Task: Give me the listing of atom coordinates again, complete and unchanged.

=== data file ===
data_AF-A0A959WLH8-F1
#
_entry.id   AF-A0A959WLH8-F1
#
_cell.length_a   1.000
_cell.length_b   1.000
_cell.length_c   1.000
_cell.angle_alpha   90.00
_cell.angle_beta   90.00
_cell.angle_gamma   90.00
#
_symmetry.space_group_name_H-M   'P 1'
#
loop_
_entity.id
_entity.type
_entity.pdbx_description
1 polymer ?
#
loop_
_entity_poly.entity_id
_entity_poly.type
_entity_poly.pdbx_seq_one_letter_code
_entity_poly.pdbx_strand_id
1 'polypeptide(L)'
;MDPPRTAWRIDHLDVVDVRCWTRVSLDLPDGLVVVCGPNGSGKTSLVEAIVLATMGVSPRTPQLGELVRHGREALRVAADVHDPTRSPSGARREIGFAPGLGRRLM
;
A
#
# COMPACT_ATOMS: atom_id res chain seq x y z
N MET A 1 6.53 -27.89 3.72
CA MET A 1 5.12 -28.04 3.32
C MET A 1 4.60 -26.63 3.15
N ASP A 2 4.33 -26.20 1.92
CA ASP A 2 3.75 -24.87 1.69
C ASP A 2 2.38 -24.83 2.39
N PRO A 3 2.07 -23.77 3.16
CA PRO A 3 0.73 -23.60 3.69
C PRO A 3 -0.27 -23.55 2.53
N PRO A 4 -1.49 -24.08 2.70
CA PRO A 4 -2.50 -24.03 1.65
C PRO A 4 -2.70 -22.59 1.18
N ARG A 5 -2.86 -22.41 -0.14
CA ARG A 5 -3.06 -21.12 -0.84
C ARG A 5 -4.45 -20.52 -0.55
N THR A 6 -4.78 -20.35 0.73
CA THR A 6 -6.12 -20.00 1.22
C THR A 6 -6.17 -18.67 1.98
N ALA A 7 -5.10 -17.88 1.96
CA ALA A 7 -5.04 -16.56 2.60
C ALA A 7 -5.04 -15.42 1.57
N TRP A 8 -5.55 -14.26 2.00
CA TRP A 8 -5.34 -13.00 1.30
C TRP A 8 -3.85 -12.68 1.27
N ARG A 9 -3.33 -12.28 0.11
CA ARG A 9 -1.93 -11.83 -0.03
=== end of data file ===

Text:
data_AF-A0A959WLH8-F1
#
_entry.id   AF-A0A959WLH8-F1
#
_cell.length_a   1.000
_cell.length_b   1.000
_cell.length_c   1.000
_cell.angle_alpha   90.00
_cell.angle_beta   90.00
_cell.angle_gamma   90.00
#
_symmetry.space_group_name_H-M   'P 1'
#
loop_
_entity.id
_entity.type
_entity.pdbx_description
1 polymer ?
#
loop_
_entity_poly.entity_id
_entity_poly.type
_entity_poly.pdbx_seq_one_letter_code
_entity_poly.pdbx_strand_id
1 'polypeptide(L)'
;MDPPRTAWRIDHLDVVDVRCWTRVSLDLPDGLVVVCGPNGSGKTSLVEAIVLATMGVSPRTPQLGELVRHGREALRVAADVHDPTRSPSGARREIGFAPGLGRRLM
;
A
#
# COMPACT_ATOMS: atom_id res chain seq x y z
N MET A 1 6.53 -27.89 3.72
CA MET A 1 5.12 -28.04 3.32
C MET A 1 4.60 -26.63 3.15
N ASP A 2 4.33 -26.20 1.92
CA ASP A 2 3.75 -24.87 1.69
C ASP A 2 2.38 -24.83 2.39
N PRO A 3 2.07 -23.77 3.16
CA PRO A 3 0.73 -23.60 3.69
C PRO A 3 -0.27 -23.55 2.53
N PRO A 4 -1.49 -24.08 2.70
CA PRO A 4 -2.50 -24.03 1.65
C PRO A 4 -2.70 -22.59 1.18
N ARG A 5 -2.86 -22.41 -0.14
CA ARG A 5 -3.06 -21.12 -0.84
C ARG A 5 -4.45 -20.52 -0.55
N THR A 6 -4.78 -20.35 0.73
CA THR A 6 -6.12 -20.00 1.22
C THR A 6 -6.17 -18.67 1.98
N ALA A 7 -5.10 -17.88 1.96
CA ALA A 7 -5.04 -16.56 2.60
C ALA A 7 -5.04 -15.42 1.57
N TRP A 8 -5.55 -14.26 2.00
CA TRP A 8 -5.34 -13.00 1.30
C TRP A 8 -3.85 -12.68 1.27
N ARG A 9 -3.33 -12.28 0.11
CA ARG A 9 -1.93 -11.83 -0.03